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Old 11-08-2006, 12:35 AM
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Tolerently intolerant

The Trouble With Tolerance

By STANLEY FISH
11/10/06
Some years ago, just after Salman Rushdie was made the object of a fatwa, I found myself at an academic conference listening to a panel address the issues raised by his situation. A member of the audience rose and, without a trace of irony, gave voice to this question/accusation: "What's the matter with those Iranians? Haven't they ever heard of the First Amendment?" The empirical answer to the question was maybe yes, maybe no. Some individual Iranians and many members of the Iranian legal community would have heard of (and studied) the First Amendment, but even those who had read it could not have been counted on to affirm the assumptions informing it — the assumption that expression as an abstract category is to be valued over the content of what is expressed; the assumption that no content is to be either stigmatized or embraced in advance of its having been subjected to the test of rational scrutiny; the assumption that contents (ideas, ideologies, opinions, hypotheses) are equal before the law, and none is to be prohibited unless it is put into (dangerous) action; the assumption that religious pronouncements, even those that issue from revered authorities, are in no way privileged, exempt from criticism, or entitled to a place in the policy deliberations of the state; the assumption that the holding of views, however unpopular or even sacrilegious, cannot be a reason for the denial of rights, the withholding of privileges, or the distribution of rewards.

Each and every one of those assumptions was seen by the person who asked the question to have been flouted by the government of Iran, and that government, accordingly, was regarded as backward, retrograde, myopic, and hopeless. (How little has changed.) Ignored was the possibility that what appeared to be an entirely negative and unprincipled act might be the product of an alternative set of principles — preferring community to individual rights, positive morality to respect for all points of view, truth to tolerance, the sanctity of God to the sanctity of choice.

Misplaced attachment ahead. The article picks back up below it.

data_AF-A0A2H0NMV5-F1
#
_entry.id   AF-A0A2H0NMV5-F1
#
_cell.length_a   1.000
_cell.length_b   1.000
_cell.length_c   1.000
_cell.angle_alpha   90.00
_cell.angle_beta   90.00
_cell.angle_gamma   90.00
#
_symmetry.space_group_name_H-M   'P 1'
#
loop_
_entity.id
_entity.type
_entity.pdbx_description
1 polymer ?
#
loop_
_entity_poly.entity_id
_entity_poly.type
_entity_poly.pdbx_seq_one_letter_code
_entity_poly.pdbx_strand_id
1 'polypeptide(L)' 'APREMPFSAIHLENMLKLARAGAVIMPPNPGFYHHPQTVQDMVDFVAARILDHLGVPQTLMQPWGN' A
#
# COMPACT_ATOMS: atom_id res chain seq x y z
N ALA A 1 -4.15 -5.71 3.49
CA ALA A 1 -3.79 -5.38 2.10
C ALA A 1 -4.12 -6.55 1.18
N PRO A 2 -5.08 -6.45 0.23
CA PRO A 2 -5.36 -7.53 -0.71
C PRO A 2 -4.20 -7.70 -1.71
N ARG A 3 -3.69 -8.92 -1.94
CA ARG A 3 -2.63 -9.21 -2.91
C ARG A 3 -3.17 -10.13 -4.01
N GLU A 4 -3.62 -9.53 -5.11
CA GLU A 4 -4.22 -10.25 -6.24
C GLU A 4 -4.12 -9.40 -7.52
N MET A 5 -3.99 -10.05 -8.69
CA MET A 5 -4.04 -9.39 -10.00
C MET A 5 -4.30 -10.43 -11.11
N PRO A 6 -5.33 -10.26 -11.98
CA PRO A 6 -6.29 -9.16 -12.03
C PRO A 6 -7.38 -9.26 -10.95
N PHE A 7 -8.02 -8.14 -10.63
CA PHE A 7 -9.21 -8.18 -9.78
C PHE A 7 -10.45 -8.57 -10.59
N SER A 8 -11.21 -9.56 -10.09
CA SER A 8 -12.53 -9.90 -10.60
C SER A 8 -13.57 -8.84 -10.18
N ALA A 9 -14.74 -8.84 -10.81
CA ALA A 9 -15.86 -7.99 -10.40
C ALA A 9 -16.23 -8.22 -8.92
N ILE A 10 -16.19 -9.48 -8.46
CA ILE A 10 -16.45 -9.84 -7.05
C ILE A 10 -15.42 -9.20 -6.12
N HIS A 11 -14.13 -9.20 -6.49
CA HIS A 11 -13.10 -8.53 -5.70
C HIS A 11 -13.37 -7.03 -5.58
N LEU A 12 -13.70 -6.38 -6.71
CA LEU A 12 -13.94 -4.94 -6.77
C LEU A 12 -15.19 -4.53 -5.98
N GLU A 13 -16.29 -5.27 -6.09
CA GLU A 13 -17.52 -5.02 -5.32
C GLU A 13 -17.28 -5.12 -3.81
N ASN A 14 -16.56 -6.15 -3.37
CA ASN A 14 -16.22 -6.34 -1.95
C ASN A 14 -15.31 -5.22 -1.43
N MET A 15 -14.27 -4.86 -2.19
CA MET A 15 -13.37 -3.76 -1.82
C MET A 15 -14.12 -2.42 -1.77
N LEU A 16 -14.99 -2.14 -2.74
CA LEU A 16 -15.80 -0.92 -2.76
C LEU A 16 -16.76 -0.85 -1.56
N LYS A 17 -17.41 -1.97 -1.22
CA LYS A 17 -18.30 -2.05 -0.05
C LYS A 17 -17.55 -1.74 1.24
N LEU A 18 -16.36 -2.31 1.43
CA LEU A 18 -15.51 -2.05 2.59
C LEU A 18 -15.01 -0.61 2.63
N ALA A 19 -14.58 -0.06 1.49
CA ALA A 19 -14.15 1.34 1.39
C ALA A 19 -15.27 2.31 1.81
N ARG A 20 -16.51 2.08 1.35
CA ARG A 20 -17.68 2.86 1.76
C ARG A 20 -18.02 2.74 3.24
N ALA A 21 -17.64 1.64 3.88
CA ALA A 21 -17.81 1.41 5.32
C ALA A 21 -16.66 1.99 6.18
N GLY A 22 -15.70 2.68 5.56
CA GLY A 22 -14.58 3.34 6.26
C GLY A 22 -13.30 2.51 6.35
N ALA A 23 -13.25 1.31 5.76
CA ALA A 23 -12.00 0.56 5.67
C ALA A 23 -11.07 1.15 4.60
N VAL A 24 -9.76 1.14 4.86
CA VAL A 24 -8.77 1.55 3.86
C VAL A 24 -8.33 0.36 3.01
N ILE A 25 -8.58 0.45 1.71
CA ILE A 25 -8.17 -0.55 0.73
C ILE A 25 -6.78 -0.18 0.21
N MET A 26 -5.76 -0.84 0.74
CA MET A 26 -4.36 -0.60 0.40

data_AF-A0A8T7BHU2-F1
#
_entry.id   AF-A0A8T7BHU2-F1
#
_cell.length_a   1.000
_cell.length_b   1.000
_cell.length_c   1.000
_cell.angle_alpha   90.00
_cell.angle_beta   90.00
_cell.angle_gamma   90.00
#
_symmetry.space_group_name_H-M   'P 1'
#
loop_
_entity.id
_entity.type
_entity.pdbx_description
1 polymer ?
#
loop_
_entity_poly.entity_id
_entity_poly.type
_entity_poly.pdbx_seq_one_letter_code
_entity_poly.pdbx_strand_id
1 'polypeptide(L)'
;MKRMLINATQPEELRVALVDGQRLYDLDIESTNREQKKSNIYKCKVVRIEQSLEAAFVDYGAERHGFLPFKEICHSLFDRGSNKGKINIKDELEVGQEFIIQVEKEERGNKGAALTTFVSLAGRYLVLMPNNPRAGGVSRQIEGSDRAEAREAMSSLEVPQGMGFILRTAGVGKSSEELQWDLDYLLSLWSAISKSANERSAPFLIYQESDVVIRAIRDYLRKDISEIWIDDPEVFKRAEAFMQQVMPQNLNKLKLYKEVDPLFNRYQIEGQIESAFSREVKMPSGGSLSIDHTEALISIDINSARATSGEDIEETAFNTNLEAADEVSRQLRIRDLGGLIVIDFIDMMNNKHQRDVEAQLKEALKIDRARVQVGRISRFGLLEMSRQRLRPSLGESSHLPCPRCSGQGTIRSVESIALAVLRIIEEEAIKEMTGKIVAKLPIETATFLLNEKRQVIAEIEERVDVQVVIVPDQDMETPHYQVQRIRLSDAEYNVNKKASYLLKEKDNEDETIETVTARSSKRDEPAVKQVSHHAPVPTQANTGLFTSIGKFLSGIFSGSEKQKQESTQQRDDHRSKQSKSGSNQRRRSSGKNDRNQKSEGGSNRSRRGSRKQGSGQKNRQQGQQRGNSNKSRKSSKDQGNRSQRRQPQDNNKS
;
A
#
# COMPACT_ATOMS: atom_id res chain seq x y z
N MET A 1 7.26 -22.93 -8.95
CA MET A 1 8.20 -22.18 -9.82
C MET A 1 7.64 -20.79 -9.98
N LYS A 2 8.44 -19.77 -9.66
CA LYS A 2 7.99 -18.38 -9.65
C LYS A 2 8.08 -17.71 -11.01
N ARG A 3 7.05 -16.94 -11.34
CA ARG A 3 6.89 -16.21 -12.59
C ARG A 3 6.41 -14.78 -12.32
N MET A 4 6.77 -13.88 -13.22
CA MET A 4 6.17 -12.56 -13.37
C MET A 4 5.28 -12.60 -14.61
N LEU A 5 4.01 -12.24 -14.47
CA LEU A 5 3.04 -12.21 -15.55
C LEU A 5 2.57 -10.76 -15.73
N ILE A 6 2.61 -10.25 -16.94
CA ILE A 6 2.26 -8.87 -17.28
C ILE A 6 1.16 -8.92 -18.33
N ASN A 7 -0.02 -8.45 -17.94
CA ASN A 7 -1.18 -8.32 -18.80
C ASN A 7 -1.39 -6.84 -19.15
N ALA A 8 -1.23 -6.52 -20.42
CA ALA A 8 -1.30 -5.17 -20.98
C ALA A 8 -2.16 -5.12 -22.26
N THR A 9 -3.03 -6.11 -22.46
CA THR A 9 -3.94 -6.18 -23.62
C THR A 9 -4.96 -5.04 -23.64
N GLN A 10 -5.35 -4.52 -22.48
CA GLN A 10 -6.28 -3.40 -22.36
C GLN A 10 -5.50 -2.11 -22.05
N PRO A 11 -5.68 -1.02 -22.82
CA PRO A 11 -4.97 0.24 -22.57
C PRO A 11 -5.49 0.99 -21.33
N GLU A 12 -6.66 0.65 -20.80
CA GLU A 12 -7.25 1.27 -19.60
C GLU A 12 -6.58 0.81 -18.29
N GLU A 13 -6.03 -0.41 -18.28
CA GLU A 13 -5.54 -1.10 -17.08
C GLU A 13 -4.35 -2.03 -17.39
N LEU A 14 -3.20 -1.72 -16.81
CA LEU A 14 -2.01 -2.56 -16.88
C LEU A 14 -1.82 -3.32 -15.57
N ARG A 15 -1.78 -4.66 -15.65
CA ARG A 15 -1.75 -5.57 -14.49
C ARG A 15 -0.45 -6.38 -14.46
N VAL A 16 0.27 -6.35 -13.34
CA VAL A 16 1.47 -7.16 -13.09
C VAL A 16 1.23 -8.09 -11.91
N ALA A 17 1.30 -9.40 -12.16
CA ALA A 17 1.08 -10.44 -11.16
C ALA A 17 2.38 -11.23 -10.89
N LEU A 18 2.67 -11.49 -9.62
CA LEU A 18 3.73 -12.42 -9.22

Earlier this year, pretty much the same scenario was played out around the publication in Denmark of cartoons poking fun at the person and beliefs of the prophet Muhammad. Many Western commentators were simply unable to see why mere words or pictorial representations could be received as grievously wounding — after all, "sticks and stones may break my bones, but..." — especially given that those who reacted most vehemently (and, on occasion, violently) were not directly the target of the cartoons (they were not being libeled, so what's the big deal?). The idea that you could be so identified with a religious creed that criticisms of it would lead you to actions that might be appropriate if you were being physically assaulted (there is, after all, the speech-action distinction, isn't there?) is simply inconceivable to those who have been taught (by everyone from Locke and Kant to John Rawls) that tolerance of views you oppose is the highest morality.

This has been going on for a long time, at least since Locke declared (in A Letter Concerning Toleration, 1689) that "every Church is orthodox to itself" and concluded that, in the absence of an independent mechanism for determining which among competing orthodoxies is the true one, toleration is the only rational policy. Locke then asked, What about the churches and orthodoxies that value tolerance less than they do the truth and political supremacy of the faiths they espouse? Do we tolerate them? The answer he gave is still being given today by the guardians of Enlightenment liberalism: "No opinions contrary to human society, or to those moral rules which are necessary to the preservation of civil society, are to be tolerated."

But the question of which opinions are "contrary to human society" does not answer itself, for if it did, if there were universal agreement on what views were simply beyond the pale, tolerance would be unnecessary. The category of interdicted opinions must be established by an act of authority and power, an act Locke performed later in the tract when he made his own list. He thus made it clear that in the liberal tradition he initiated, tolerance, rather than being a wholly benevolent and inclusive practice, is an engine of exclusion and a technology of regulation.